Kalmiopsis Wilderness

Learning How to Backpack Alone


When I go on my wilderness backpacking adventures I usually go alone (solo).  There have been occasions that I have gone with someone but for most of my wilderness adventures I go it alone.  Many people have asked me why I go alone and others think that I am crazy to do so.  The answer is not clear-cut but I explain that the adventure and challenge of being in a remote and rugged wilderness area fuels my backpacking passion.

The challenge and adventure are my motivation but what really allows me to go solo backpacking is having the necessary KSA’s to do so.  KSA is the acronym for (Knowledge, Skills, and Abilities).  My KSA’s have given me the skill-set to go wilderness backpacking alone.

Being motivated by the adventure and challenge is good but if you lack the KSA’s your risk of getting hurt or dying increase dramatically.  All wilderness backpackers take on risks when they go backpacking.  Some of these risks are:

  • Bad weather
  • Wildlife
  • Getting Lost
  • Being Injured
  • Getting Sick

Much goes into having the necessary KSA’s to have a great adventure.  Having one of the elements and lacking the others is a recipe for disaster.  For example, if you have the knowledge of what gear to bring in a wilderness area, but you cannot properly set it up then undue hardship, inconvenience, and injury may result.

If you bring a hammock into a wilderness area and you have not practiced using it then you may get injured by improperly setting it up or you may have a sleepless night.

Skill sets in a wilderness environment encompass many things. The most important one in my opinion is Land Navigation.  In my blog section, I have done a series of articles on land navigation.  These articles are basic land navigation skills every backpacker should know.

So how did I develop my skill set for wilderness backpacking?  That is what I will discuss by defining KSA’s.

The Kalmiopsis Wilderness (Oregon)
The Kalmiopsis Wilderness (Oregon) My Basecamp by the Illinois River


My knowledge comes from my years of experience both as a military veteran and wilderness backpacker. In the military I learned survival skills, first aid, and land navigational skills.  As a wilderness backpacker, I have learned from my own experiences, (both good and bad), and other subject matter experts.  These experts cover a wide field of professions and backgrounds.  (Some of these professions are).

  • Outdoor Survival experts
  • Medical (First Aid) Professionals
  • Hunters
  • Other Wilderness related experts.

My knowledge was gained through but not limited by my personal  contact with the experts, reading articles and watching videos.  As stated above, I have also learned from my personal  experiences by trial and error.  The errors have luckily not been to egregious, since I am here to write this article.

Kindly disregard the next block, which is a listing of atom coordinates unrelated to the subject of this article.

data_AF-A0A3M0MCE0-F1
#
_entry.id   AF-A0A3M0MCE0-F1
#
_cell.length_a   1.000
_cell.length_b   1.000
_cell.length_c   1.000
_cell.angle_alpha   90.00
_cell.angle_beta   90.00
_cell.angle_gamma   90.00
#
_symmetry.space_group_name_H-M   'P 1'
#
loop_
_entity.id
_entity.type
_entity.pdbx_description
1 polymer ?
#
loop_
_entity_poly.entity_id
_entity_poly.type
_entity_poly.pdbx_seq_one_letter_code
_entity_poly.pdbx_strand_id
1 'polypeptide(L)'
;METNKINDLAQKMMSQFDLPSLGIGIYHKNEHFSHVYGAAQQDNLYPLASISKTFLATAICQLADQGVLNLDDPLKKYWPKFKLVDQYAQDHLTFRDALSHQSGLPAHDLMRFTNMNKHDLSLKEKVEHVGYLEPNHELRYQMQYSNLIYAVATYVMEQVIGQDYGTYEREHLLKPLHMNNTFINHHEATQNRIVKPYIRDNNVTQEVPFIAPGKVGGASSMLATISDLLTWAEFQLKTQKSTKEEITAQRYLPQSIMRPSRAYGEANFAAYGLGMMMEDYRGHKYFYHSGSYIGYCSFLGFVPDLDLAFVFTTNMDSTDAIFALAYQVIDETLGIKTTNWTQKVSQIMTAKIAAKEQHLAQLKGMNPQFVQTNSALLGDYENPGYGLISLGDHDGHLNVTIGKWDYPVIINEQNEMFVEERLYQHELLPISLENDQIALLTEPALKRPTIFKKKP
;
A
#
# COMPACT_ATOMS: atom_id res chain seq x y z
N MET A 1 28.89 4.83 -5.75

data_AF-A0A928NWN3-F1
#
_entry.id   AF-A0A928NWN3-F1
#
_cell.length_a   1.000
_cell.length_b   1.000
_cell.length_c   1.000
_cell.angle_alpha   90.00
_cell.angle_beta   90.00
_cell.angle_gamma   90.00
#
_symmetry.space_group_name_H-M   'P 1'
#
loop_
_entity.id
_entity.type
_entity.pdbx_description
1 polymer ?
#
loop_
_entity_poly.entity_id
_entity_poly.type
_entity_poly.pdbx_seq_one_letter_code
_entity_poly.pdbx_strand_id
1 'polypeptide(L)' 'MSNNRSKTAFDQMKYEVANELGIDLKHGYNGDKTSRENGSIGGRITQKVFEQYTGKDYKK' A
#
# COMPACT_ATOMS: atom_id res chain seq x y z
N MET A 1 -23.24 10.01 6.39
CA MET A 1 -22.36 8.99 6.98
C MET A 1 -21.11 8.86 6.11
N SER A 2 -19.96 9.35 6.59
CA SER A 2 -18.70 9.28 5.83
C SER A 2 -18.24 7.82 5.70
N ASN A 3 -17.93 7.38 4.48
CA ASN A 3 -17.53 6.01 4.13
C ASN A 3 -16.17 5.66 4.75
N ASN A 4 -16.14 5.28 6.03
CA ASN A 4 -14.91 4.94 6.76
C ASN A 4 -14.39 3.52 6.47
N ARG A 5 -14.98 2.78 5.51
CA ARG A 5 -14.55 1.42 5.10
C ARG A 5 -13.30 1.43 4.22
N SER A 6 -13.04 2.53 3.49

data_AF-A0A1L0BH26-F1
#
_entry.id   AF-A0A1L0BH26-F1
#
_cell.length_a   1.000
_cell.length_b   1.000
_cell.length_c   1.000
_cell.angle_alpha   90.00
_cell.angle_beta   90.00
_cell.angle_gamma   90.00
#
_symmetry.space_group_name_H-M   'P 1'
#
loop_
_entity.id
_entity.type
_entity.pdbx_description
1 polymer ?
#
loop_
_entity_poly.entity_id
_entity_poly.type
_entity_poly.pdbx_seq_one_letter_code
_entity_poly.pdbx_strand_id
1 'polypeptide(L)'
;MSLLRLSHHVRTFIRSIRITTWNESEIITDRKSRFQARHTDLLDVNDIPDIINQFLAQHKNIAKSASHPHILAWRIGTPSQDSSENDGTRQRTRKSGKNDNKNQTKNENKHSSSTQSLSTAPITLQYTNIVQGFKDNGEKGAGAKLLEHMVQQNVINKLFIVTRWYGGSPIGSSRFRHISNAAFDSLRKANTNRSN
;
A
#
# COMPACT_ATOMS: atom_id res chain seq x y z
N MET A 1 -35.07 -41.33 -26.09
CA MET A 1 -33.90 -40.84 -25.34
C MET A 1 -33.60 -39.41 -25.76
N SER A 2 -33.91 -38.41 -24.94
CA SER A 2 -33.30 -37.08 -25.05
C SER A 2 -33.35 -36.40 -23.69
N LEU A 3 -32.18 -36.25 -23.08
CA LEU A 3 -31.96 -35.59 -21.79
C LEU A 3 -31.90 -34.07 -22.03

I have developed my skills by practicing and training.  Remember that practicing and training does not necessarily happen in a wilderness area.  You should practice and train important skills at home.  Setting up gear in your backyard, like a hammock, will help you set up that same hammock on your wilderness adventure.

Taking a medical first aid course before going into wilderness area will help build your medical skills.  When you sustain a deep arterial cut you will be able to properly apply a tourniquet when you are alone in a wilderness area.  Taking a compass and using it to navigate in a local park will build your confidence and your land navigation skills.  The key point in having the skills for me is to practice, practice, and practice some more.  I am a hands on learner, and I have to physical perform a task repeatedly to get proficient at doing it.


My abilities come from (2) factors.  These factors are my mental and physical capabilities.  Mentally I must be able to retain what I have learned so I can apply it to tasks I perform in the field.   Physically I have to be able to perform those tasks.

If I cannot remember how to determine elevation on a topographical map I may miss the fact that I may have to climb several thousand feet to get to my objective.  If I cannot physically carry my weighted backpack I will not make it to my destination.  This may expose me to the rugged wilderness environment that can lead to heat exhaustion or some other environmental danger.

Wind River Range (Wyoming)
Wind River Range (WY)


I started this webpage along with my other social media sites to on pass on my years of backpacking knowledge.  I am old school when it comes to wilderness backpacking, but I incorporate modern technology to make my stay more enjoyable and safe.  Being alone in a wilderness area at night surrounded by the mountains, wildlife, and other environmental factors can be un-nerving at first.   As you progress and build your KSA’s it does get easier.

What I can say with certainty is that developing your KSA’s will help you control your fears, lessen the dangers, and make your stay in a wilderness more enjoyable and much safer.  It will also give you the confidence to go alone if you choose to do so.

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